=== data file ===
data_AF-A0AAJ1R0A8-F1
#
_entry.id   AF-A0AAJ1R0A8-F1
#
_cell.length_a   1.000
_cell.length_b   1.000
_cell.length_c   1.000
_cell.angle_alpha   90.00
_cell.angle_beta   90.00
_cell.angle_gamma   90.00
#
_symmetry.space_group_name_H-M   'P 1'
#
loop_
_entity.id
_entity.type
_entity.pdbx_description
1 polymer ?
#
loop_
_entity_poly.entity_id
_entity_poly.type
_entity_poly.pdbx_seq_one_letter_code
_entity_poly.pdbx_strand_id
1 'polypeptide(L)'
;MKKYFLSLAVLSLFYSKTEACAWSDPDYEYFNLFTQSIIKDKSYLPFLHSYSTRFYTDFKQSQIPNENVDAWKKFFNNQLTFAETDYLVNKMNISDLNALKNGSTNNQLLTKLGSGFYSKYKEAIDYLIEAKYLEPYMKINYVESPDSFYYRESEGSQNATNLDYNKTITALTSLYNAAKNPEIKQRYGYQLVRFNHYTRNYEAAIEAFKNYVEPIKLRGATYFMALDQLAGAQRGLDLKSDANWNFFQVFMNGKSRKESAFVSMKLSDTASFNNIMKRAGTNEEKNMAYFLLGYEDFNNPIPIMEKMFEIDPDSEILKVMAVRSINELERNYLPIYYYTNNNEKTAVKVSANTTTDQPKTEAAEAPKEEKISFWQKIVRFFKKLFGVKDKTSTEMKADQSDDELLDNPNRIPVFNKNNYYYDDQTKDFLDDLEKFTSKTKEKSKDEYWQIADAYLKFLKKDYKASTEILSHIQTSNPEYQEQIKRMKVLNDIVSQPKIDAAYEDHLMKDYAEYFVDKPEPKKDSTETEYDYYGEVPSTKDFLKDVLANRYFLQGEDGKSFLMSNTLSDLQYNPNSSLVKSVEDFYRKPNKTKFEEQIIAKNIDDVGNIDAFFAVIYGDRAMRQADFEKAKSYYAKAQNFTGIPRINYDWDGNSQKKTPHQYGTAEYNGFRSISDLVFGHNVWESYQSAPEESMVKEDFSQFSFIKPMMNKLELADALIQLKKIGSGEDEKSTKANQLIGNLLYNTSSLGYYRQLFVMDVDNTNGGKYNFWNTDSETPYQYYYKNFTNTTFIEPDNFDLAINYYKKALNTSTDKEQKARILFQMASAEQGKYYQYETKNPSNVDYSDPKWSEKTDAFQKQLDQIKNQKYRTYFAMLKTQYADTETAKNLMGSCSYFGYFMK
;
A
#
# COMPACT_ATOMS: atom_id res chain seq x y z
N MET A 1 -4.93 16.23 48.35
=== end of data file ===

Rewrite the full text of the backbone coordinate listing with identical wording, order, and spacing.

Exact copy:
data_AF-A0AAJ1R0A8-F1
#
_entry.id   AF-A0AAJ1R0A8-F1
#
_cell.length_a   1.000
_cell.length_b   1.000
_cell.length_c   1.000
_cell.angle_alpha   90.00
_cell.angle_beta   90.00
_cell.angle_gamma   90.00
#
_symmetry.space_group_name_H-M   'P 1'
#
loop_
_entity.id
_entity.type
_entity.pdbx_description
1 polymer ?
#
loop_
_entity_poly.entity_id
_entity_poly.type
_entity_poly.pdbx_seq_one_letter_code
_entity_poly.pdbx_strand_id
1 'polypeptide(L)'
;MKKYFLSLAVLSLFYSKTEACAWSDPDYEYFNLFTQSIIKDKSYLPFLHSYSTRFYTDFKQSQIPNENVDAWKKFFNNQLTFAETDYLVNKMNISDLNALKNGSTNNQLLTKLGSGFYSKYKEAIDYLIEAKYLEPYMKINYVESPDSFYYRESEGSQNATNLDYNKTITALTSLYNAAKNPEIKQRYGYQLVRFNHYTRNYEAAIEAFKNYVEPIKLRGATYFMALDQLAGAQRGLDLKSDANWNFFQVFMNGKSRKESAFVSMKLSDTASFNNIMKRAGTNEEKNMAYFLLGYEDFNNPIPIMEKMFEIDPDSEILKVMAVRSINELERNYLPIYYYTNNNEKTAVKVSANTTTDQPKTEAAEAPKEEKISFWQKIVRFFKKLFGVKDKTSTEMKADQSDDELLDNPNRIPVFNKNNYYYDDQTKDFLDDLEKFTSKTKEKSKDEYWQIADAYLKFLKKDYKASTEILSHIQTSNPEYQEQIKRMKVLNDIVSQPKIDAAYEDHLMKDYAEYFVDKPEPKKDSTETEYDYYGEVPSTKDFLKDVLANRYFLQGEDGKSFLMSNTLSDLQYNPNSSLVKSVEDFYRKPNKTKFEEQIIAKNIDDVGNIDAFFAVIYGDRAMRQADFEKAKSYYAKAQNFTGIPRINYDWDGNSQKKTPHQYGTAEYNGFRSISDLVFGHNVWESYQSAPEESMVKEDFSQFSFIKPMMNKLELADALIQLKKIGSGEDEKSTKANQLIGNLLYNTSSLGYYRQLFVMDVDNTNGGKYNFWNTDSETPYQYYYKNFTNTTFIEPDNFDLAINYYKKALNTSTDKEQKARILFQMASAEQGKYYQYETKNPSNVDYSDPKWSEKTDAFQKQLDQIKNQKYRTYFAMLKTQYADTETAKNLMGSCSYFGYFMK
;
A
#
# COMPACT_ATOMS: atom_id res chain seq x y z
N MET A 1 -4.93 16.23 48.35